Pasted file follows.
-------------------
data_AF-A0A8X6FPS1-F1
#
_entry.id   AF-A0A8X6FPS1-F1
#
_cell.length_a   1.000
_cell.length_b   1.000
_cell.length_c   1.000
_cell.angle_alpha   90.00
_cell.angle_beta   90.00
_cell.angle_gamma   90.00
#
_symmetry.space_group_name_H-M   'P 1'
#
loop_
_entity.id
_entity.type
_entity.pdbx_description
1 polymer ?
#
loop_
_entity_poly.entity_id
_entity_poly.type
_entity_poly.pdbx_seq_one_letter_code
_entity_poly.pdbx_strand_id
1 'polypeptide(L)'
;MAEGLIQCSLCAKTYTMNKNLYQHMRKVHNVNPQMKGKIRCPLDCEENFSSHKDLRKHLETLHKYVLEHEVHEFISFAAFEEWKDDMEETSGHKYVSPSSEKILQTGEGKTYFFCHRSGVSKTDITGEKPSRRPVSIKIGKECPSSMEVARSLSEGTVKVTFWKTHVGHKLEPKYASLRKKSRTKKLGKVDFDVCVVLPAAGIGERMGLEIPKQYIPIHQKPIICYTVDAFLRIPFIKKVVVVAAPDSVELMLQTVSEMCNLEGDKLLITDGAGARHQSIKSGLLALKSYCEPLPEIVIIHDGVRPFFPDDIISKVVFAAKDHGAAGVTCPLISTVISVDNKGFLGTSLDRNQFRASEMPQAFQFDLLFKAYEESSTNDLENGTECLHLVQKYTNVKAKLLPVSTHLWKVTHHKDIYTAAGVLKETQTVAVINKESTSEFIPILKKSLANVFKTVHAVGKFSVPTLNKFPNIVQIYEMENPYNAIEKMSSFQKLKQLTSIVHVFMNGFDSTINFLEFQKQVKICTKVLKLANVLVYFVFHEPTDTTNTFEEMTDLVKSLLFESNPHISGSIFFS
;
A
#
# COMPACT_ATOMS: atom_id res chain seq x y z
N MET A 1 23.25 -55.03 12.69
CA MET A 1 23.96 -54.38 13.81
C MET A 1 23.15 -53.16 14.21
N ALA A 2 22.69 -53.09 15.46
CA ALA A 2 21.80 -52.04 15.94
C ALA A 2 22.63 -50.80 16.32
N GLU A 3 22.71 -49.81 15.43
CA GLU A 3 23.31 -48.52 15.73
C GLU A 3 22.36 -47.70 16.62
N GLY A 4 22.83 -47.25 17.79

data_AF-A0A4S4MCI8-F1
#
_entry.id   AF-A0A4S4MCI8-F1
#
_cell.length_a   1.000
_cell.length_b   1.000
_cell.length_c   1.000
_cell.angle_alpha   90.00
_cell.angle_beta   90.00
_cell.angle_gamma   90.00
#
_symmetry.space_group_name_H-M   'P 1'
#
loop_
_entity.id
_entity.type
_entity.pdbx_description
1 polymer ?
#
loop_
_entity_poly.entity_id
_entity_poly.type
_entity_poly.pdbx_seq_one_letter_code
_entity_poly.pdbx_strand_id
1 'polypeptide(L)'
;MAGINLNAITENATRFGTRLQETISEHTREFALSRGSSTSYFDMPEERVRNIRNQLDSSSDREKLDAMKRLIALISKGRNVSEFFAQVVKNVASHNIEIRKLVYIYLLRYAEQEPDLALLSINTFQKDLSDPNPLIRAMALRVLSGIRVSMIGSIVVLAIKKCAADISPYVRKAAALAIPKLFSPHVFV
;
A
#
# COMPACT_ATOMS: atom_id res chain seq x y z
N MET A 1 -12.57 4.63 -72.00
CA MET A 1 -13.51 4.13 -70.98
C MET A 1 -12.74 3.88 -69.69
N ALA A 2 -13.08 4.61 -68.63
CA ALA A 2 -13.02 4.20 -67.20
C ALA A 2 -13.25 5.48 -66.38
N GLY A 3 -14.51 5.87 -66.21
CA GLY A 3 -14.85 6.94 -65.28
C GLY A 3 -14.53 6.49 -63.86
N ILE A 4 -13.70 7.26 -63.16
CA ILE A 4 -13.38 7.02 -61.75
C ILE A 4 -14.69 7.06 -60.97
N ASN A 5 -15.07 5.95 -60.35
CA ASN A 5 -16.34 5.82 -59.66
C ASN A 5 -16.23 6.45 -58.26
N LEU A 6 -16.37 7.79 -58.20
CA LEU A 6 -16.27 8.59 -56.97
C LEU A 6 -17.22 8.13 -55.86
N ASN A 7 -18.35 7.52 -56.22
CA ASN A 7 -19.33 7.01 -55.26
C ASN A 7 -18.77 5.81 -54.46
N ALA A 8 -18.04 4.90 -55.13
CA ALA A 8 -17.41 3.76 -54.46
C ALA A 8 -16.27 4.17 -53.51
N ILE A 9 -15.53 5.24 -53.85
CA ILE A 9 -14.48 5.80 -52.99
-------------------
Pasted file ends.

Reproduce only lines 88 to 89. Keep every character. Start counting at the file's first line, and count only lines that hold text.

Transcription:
C LEU A 6 -17.22 8.13 -55.86
N ASN A 7 -18.35 7.52 -56.22